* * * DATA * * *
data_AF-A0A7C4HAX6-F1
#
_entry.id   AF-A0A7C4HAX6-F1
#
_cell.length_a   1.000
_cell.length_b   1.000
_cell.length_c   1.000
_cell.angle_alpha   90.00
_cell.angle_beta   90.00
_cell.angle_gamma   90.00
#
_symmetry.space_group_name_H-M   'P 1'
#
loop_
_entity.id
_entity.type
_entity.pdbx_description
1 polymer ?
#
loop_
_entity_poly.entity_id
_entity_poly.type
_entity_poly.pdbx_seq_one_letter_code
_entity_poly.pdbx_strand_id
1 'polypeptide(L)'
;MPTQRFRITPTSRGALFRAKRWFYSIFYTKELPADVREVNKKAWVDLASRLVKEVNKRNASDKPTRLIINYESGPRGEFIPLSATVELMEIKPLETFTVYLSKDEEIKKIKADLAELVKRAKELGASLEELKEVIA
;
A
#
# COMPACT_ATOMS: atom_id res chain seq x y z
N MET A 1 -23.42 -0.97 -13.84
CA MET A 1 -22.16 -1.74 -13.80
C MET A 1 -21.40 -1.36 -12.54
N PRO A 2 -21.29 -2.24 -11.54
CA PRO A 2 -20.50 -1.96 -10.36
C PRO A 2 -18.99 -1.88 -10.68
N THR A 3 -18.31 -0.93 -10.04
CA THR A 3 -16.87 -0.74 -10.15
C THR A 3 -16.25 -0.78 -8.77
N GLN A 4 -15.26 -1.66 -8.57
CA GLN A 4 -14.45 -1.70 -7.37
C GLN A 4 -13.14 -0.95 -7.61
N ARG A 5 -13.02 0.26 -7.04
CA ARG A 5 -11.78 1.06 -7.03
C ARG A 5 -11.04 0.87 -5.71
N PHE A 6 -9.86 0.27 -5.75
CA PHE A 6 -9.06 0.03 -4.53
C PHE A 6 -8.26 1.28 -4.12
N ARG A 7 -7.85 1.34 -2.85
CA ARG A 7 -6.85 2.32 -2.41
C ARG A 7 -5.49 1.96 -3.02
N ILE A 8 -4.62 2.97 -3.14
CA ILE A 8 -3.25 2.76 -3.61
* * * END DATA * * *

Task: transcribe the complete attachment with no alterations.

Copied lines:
data_AF-A0A7C4HAX6-F1
#
_entry.id   AF-A0A7C4HAX6-F1
#
_cell.length_a   1.000
_cell.length_b   1.000
_cell.length_c   1.000
_cell.angle_alpha   90.00
_cell.angle_beta   90.00
_cell.angle_gamma   90.00
#
_symmetry.space_group_name_H-M   'P 1'
#
loop_
_entity.id
_entity.type
_entity.pdbx_description
1 polymer ?
#
loop_
_entity_poly.entity_id
_entity_poly.type
_entity_poly.pdbx_seq_one_letter_code
_entity_poly.pdbx_strand_id
1 'polypeptide(L)'
;MPTQRFRITPTSRGALFRAKRWFYSIFYTKELPADVREVNKKAWVDLASRLVKEVNKRNASDKPTRLIINYESGPRGEFIPLSATVELMEIKPLETFTVYLSKDEEIKKIKADLAELVKRAKELGASLEELKEVIA
;
A
#
# COMPACT_ATOMS: atom_id res chain seq x y z
N MET A 1 -23.42 -0.97 -13.84
CA MET A 1 -22.16 -1.74 -13.80
C MET A 1 -21.40 -1.36 -12.54
N PRO A 2 -21.29 -2.24 -11.54
CA PRO A 2 -20.50 -1.96 -10.36
C PRO A 2 -18.99 -1.88 -10.68
N THR A 3 -18.31 -0.93 -10.04
CA THR A 3 -16.87 -0.74 -10.15
C THR A 3 -16.25 -0.78 -8.77
N GLN A 4 -15.26 -1.66 -8.57
CA GLN A 4 -14.45 -1.70 -7.37
C GLN A 4 -13.14 -0.95 -7.61
N ARG A 5 -13.02 0.26 -7.04
CA ARG A 5 -11.78 1.06 -7.03
C ARG A 5 -11.04 0.87 -5.71
N PHE A 6 -9.86 0.27 -5.75
CA PHE A 6 -9.06 0.03 -4.53
C PHE A 6 -8.26 1.28 -4.12
N ARG A 7 -7.85 1.34 -2.85
CA ARG A 7 -6.85 2.32 -2.41
C ARG A 7 -5.49 1.96 -3.02
N ILE A 8 -4.62 2.97 -3.14
CA ILE A 8 -3.25 2.76 -3.61